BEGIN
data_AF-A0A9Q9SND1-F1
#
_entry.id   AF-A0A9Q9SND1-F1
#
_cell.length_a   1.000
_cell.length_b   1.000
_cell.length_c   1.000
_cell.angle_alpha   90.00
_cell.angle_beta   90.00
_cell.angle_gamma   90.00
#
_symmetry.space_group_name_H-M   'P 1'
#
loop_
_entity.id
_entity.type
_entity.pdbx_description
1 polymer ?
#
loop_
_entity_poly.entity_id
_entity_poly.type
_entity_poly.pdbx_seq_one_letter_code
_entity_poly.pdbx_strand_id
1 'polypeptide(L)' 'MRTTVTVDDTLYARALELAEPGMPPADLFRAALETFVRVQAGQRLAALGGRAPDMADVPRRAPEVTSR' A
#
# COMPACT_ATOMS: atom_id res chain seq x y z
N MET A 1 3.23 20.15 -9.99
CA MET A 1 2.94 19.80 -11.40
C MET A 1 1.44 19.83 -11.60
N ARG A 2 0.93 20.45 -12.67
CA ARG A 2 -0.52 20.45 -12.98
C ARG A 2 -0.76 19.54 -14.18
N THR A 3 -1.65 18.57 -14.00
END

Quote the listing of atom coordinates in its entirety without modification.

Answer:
data_AF-A0A9Q9SND1-F1
#
_entry.id   AF-A0A9Q9SND1-F1
#
_cell.length_a   1.000
_cell.length_b   1.000
_cell.length_c   1.000
_cell.angle_alpha   90.00
_cell.angle_beta   90.00
_cell.angle_gamma   90.00
#
_symmetry.space_group_name_H-M   'P 1'
#
loop_
_entity.id
_entity.type
_entity.pdbx_description
1 polymer ?
#
loop_
_entity_poly.entity_id
_entity_poly.type
_entity_poly.pdbx_seq_one_letter_code
_entity_poly.pdbx_strand_id
1 'polypeptide(L)' 'MRTTVTVDDTLYARALELAEPGMPPADLFRAALETFVRVQAGQRLAALGGRAPDMADVPRRAPEVTSR' A
#
# COMPACT_ATOMS: atom_id res chain seq x y z
N MET A 1 3.23 20.15 -9.99
CA MET A 1 2.94 19.80 -11.40
C MET A 1 1.44 19.83 -11.60
N ARG A 2 0.93 20.45 -12.67
CA ARG A 2 -0.52 20.45 -12.98
C ARG A 2 -0.76 19.54 -14.18
N THR A 3 -1.65 18.57 -14.00